Medical care for eye conditions such as glaucoma, macular degeneration, iritis, and trauma. Treatment of ocular surface disorders and ocular infections
Surgical eye care for trauma, cataracts, glaucoma, and other problems
Diagnosis and treatment of eye conditions linked to other diseases such as diabetes
Refractive surgery correction (LASIK, PRK, etc.)
Correction of eyelid problems
Coordination with primary care physicians
Why should I choose Dr. Aizuss as my ophthalmologist?
In practice for over 30 years, Dr. Aizuss is recognized as one of the premier ophthalmic surgeons in Los Angeles. He has served as Chief of Surgery at Encino Hospital and Vice Chief of Staff of Encino-Tarzana Medical Center. He served his residency at the world-renowned UCLA Jules Stein Eye Institute. He is fellowship trained in corneal and refractive surgery, with specialization in cataract surgery, corneal transplantation, and all types of LASIK and refractive surgery.
Additionally, Dr. Aizuss has served as president of virtually all of the eye and medication associations in the Southern California area and is presently the President of the California Medical Association. He is widely recognized for both his patient care skills, advocacy efforts on behalf of patient care and leadership in medical policy. His expertise, training, and clinical experience are second to none.
How often should I have my eyes examined with Dr. Aizuss?
Early diagnosis and prevention is key to heading off many serious eye conditions such as glaucoma. That’s because many eye conditions don’t exhibit any symptoms until they have already begun to permanently damage the patient’s vision. People can go a decade or more without having their eyes checked, and this is really a risky approach. This is particularly true after a person has had his or her 40th birthday.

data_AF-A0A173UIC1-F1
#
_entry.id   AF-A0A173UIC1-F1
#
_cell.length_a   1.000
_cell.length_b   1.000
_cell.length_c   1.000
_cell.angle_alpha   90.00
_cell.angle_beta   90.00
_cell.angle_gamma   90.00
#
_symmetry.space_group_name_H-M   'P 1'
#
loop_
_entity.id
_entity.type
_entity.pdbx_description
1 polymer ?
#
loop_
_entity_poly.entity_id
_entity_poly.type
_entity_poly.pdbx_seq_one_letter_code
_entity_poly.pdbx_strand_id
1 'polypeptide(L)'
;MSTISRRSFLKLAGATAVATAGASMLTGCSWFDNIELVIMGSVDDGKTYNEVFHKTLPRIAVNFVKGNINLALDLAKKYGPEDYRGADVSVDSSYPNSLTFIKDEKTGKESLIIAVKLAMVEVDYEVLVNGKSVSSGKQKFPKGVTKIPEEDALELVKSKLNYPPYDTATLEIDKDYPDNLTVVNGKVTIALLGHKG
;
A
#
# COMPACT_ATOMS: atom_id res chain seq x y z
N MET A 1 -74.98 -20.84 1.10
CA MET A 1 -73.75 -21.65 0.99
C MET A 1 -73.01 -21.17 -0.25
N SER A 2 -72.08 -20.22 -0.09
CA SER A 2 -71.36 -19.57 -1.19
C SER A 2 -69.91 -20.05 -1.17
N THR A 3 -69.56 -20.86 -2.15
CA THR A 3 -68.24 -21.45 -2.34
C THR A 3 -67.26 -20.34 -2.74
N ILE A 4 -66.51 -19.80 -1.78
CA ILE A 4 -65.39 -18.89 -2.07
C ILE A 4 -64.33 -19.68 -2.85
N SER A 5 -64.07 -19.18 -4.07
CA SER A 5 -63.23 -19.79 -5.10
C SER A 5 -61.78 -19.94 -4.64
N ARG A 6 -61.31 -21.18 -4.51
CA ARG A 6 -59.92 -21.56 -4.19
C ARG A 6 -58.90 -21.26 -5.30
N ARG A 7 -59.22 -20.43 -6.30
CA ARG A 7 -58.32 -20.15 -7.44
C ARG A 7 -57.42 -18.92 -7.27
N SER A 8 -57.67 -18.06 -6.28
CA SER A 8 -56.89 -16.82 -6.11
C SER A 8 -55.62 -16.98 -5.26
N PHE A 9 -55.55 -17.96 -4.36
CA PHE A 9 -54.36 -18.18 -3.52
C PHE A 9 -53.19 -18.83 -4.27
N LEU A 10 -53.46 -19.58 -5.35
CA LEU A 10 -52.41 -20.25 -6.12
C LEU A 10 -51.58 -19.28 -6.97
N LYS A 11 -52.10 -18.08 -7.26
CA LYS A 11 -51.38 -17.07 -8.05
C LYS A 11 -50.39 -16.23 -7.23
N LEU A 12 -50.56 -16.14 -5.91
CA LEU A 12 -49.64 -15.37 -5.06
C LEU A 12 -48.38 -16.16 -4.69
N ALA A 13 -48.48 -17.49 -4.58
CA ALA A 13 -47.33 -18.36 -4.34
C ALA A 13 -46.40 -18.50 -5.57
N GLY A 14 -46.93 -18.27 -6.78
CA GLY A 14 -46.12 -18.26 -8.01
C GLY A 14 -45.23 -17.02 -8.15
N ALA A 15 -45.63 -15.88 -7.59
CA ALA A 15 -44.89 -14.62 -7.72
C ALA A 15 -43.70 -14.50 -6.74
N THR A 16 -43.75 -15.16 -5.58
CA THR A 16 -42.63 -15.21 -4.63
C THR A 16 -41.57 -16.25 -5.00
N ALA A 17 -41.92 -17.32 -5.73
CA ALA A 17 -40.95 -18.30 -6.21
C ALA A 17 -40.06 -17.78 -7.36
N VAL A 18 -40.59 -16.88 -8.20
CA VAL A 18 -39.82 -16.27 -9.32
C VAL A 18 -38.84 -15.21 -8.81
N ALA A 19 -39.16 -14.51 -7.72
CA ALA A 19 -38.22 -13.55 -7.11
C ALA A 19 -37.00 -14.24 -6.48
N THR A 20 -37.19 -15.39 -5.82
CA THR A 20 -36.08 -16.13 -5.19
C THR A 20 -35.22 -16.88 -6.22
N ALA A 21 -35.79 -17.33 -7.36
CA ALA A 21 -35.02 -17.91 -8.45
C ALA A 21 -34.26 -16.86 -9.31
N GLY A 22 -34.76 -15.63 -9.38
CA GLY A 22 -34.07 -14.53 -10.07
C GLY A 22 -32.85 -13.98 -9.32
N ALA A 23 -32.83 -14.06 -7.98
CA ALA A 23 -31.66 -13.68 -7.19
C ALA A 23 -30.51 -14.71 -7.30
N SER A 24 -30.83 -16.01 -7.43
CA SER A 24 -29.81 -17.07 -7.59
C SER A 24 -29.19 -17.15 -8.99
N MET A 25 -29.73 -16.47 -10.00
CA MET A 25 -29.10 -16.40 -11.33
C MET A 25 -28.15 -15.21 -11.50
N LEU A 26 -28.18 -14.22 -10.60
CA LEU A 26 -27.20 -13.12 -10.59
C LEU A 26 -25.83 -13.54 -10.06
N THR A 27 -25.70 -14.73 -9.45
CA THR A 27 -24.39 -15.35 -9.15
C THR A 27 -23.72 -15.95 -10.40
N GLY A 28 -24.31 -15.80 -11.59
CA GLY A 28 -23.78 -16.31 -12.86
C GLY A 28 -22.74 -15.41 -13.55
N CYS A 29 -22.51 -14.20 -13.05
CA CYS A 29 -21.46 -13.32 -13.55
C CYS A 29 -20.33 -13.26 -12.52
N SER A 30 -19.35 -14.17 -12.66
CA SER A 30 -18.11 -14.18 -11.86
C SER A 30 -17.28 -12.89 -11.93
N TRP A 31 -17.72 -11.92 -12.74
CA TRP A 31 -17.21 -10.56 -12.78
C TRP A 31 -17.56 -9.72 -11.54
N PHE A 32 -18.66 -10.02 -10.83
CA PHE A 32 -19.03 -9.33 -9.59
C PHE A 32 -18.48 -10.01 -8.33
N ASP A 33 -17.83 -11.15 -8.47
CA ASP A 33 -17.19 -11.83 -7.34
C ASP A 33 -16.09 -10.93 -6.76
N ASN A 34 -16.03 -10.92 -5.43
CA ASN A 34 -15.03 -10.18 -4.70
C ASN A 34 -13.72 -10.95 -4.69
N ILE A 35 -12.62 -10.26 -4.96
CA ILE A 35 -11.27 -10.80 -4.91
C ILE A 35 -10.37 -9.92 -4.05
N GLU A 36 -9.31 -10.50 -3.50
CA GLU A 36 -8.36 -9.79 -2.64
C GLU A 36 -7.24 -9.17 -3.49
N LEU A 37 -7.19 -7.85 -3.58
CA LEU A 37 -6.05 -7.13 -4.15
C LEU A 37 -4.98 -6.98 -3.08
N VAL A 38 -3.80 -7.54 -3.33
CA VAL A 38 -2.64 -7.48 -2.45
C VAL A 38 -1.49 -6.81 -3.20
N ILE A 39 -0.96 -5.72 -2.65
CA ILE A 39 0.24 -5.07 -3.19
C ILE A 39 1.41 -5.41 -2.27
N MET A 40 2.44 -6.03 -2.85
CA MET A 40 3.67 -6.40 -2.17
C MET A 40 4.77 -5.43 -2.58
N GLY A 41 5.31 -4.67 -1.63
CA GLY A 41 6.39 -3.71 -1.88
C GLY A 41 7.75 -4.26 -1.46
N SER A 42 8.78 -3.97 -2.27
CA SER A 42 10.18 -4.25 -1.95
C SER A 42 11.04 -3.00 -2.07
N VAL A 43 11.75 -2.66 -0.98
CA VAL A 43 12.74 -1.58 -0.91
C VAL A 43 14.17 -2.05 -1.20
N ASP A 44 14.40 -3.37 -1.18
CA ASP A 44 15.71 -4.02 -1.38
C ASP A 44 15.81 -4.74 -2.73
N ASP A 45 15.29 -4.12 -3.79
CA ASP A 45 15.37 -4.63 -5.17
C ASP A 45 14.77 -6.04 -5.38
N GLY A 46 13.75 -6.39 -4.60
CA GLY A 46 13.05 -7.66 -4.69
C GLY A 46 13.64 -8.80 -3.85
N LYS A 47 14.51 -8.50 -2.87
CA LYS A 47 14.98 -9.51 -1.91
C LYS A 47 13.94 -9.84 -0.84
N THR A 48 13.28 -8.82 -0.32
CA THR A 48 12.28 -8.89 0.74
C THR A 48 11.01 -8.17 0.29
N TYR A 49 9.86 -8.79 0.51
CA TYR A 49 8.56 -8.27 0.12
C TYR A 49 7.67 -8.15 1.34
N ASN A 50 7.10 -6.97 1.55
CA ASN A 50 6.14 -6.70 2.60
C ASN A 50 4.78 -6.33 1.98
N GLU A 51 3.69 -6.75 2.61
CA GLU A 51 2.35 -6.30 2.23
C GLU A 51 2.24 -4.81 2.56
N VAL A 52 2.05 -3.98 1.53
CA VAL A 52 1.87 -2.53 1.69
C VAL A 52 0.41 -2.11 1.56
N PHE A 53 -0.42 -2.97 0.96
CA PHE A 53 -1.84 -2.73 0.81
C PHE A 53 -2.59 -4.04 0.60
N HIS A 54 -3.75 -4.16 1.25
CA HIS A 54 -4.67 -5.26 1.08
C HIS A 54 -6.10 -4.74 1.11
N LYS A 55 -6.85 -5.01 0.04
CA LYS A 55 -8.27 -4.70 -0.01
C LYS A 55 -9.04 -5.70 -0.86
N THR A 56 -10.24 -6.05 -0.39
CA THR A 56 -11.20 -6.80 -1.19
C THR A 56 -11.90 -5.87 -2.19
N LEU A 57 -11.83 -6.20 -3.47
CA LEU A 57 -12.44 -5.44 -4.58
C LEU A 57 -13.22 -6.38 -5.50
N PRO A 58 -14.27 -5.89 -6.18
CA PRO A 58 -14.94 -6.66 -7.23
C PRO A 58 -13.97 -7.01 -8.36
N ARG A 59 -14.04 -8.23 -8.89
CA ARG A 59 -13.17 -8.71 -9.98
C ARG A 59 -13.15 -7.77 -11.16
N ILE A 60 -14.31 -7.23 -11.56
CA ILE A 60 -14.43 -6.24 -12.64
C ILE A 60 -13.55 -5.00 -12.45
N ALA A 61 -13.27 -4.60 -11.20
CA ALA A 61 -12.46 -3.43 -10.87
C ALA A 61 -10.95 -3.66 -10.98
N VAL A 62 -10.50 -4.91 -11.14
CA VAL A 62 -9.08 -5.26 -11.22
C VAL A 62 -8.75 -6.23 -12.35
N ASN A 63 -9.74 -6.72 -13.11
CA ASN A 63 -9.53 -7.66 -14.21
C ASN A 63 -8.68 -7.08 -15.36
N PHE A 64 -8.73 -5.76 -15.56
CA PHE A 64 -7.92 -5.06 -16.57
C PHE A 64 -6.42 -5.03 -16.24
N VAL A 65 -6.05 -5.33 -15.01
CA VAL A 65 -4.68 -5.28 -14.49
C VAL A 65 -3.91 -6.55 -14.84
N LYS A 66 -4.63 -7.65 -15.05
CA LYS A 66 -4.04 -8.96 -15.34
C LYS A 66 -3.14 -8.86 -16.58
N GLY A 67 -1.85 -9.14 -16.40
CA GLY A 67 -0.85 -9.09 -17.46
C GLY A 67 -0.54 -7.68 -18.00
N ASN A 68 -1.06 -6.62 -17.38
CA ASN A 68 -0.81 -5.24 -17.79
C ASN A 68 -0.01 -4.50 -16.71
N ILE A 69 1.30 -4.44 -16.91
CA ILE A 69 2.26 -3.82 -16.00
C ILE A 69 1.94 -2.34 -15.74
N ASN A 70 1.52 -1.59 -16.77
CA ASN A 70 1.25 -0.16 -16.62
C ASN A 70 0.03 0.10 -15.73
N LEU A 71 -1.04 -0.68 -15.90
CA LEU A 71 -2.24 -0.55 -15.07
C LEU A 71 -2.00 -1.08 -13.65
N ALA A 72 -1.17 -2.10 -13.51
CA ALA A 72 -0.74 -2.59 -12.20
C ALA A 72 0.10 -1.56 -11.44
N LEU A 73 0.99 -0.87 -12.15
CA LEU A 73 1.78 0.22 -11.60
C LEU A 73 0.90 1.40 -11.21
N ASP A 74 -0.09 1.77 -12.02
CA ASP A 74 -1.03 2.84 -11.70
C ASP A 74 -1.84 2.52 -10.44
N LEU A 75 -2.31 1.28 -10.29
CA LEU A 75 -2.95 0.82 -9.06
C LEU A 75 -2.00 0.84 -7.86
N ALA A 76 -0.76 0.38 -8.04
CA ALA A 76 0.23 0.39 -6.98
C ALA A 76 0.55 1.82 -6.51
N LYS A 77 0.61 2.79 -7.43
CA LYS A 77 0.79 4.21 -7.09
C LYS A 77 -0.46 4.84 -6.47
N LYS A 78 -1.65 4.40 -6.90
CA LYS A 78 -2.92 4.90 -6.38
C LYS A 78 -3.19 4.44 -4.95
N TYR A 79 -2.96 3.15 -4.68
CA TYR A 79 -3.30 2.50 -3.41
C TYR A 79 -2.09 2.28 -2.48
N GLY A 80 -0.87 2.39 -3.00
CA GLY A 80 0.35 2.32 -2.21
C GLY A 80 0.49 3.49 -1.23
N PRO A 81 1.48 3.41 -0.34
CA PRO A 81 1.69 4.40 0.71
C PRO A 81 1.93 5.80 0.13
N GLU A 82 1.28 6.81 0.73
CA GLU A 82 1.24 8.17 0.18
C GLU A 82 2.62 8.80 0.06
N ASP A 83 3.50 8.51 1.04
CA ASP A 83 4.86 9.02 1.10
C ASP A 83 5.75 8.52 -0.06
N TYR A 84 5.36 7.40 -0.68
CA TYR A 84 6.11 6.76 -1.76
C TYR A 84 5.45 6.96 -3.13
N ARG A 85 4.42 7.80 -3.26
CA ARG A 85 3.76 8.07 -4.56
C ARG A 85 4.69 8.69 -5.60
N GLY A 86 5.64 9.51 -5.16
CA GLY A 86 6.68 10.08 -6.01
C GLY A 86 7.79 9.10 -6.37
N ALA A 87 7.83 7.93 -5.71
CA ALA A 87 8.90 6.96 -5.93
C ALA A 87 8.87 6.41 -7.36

Here is the timeline from the American Academy of Ophthalmology for when everyone should get an eye exam:
Children 5 years and younger — Children under three should see a pediatrician to check for the most common eye problems, such as lazy eye. Otherwise, children between 3 and 5 should see a pediatric ophthalmologist for their eye examination. Dr. Aizuss sees children age 10 and over. He will only see younger children on referral or by special arrangement.
School-age children and teens — Your child needs his or her vision checked before they enter first grade. From there, vision should be checked every one or two years to be sure their refraction/vision correction prescription hasn’t changed.
Adults — If you don’t have vision problems and don’t have a family history of eye disease, this is the schedule for adults:
Every five to 10 years in your 20s and 30s
Every two to four years from 40 to 54
Every one to three years from 55 to 64
Every year after age 65These adult numbers should increase in frequency if you wear glasses or contact lenses, if you have a family history of eye disease, or if you have a chronic disease that can affect your eyes, such as diabetes.